29. Sarah says:

    Thank you! After a day of fighting to get what is right for my students, and having to continue the battle (like countless others) I came home thinking what is the point. Your words reminded me why we fight, and to keep going. thanks

  30. Paula says:

    xoxox

    You ROCK ..BIG TIME!

    (And you are my inspiration to work harder)

  31. William Riepe says:

    You have a wonderful command of words.
    I urge you to try writing a book..
    Uncle Bill

  32. Wow. Passionate and powerful!

    • Thanks! and thanks for sharing it. Your blog is the best one I have seen in a long time, aesthetically. The worm? Amazing! I am going to really check it out later. Thanks again!

      • Thank you for the compliment. I wish I could take full credit, but the layout is all WordPress. But I chose it purposefully. I am big on things being visually pleasing and easy to read.
        I look forward to your posts. You are obviously intensely impassioned about teaching!

  33. Joan says:

    I am inspired by both your passion for teaching and for your sentiment regarding the sad direction that education is taking. I enter my classroom each day fully prepared to meet the needs of my students and to suggest that we, as educators, cross a bridge that is not yet constructed is both foolish and dangerous. The ones in peril are our students. Thank you for putting down on paper what so many of us feel. Keep it up! Ignite that fire in all of us!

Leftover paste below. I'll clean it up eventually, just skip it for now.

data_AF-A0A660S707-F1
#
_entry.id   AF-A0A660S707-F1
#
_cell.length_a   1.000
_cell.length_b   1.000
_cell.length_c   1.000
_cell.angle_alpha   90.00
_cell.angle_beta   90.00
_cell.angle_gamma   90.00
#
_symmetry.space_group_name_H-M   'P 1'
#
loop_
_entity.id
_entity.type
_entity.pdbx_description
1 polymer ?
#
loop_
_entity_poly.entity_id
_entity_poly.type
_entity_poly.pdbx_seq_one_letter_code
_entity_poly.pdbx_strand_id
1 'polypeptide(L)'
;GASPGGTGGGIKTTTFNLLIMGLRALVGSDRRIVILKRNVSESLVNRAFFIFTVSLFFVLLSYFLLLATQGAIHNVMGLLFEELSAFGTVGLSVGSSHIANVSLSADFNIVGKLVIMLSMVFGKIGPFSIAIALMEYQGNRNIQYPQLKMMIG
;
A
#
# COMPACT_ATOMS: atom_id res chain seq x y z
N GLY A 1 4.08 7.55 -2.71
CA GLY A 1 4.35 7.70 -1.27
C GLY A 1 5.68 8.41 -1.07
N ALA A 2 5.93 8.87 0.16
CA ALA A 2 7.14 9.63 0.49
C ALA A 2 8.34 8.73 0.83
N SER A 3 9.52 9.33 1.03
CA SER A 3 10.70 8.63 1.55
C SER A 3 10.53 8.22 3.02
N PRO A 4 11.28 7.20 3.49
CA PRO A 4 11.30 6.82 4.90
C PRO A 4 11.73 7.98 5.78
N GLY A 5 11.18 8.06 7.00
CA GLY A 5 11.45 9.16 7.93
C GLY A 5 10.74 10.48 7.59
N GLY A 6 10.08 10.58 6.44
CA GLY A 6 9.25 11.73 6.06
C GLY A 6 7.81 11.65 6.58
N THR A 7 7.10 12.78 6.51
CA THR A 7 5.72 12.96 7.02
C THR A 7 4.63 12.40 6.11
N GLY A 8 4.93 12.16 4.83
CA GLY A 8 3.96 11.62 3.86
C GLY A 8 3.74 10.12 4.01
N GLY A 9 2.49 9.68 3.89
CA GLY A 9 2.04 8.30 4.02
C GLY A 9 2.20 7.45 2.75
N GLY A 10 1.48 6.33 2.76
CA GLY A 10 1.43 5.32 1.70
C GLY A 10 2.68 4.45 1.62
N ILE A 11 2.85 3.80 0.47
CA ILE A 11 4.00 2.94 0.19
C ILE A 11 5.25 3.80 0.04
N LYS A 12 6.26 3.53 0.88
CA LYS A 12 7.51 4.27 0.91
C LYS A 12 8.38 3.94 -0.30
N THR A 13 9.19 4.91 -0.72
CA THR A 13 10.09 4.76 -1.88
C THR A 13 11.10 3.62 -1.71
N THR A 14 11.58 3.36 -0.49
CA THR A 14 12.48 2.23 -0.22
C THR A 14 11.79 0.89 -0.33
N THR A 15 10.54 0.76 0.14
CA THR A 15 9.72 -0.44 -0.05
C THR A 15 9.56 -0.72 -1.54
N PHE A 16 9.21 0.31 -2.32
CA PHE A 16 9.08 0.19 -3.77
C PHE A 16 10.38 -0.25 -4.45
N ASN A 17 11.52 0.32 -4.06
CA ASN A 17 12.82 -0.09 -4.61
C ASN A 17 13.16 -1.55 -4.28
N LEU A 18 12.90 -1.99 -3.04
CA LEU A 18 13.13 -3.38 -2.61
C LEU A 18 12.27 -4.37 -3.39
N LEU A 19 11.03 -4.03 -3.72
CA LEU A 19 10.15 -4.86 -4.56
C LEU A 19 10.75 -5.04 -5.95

34. Thank you for standing up for us and our students.

  35. mommielamb says:

    An excellent letter!!!

    Since you say you will be mailing it tomorrow via snail mail from Finland, I just want to point out one minor typo, in case you haven’t already caught it: (You probably meant ‘have YOUR way’)

    Keep it up! And as a parent and spouse of a teacher, I thank you for your commitment and passion.

    Sincerely, Demeter Lamb Alameda, CA

    • Ha! Thanks! I actually fixed it last night when my mom (who usually edits stuff like this for me) let me know about it. It was her birthday yesterday, so I didn’t want to bother her with it… I thought my reading it over like fifty times before making it public would work…guess not :) Thanks for the heads up and thanks for reading it.

      • mommielamb says:

        I thought you might have caught it, but figured I had to say something… especially since I wanted to say how very much I appreciated what you have to say! My husband is a teacher of 20 years and has been through a roller coaster (as you well know!)
        Reading something 50 times – it’s incredibly easy to miss a tiny typo! It takes fresh eyes… It was kind of you to let you mother have her birthday without editorial duties.
        Keep writing and keep teaching!!!
        Best wishes,
        ~Demeter

  36. SteveG says:

    Yes!
    Genius!
    Absolutely spot on and one of the best commentaries I have read on our current state.
    Kudos!

    Come Along!

  37. blkdrama says:

    Yes, my friend. I stand with you!
    Bonnie

  38. I am floored by its genius, but not floored this came from you! you are an inspiration to novice and veteran teachers! One Link At A Time!

    • Thanks, Tracey! Having the freedom of time to research and reflect has definitely been a blessing. I wouldn’t be here though if it weren’t for all the editing support I got when working on this application from you and Stacy :) Thanks for the fb repost too!

  39. Amy says: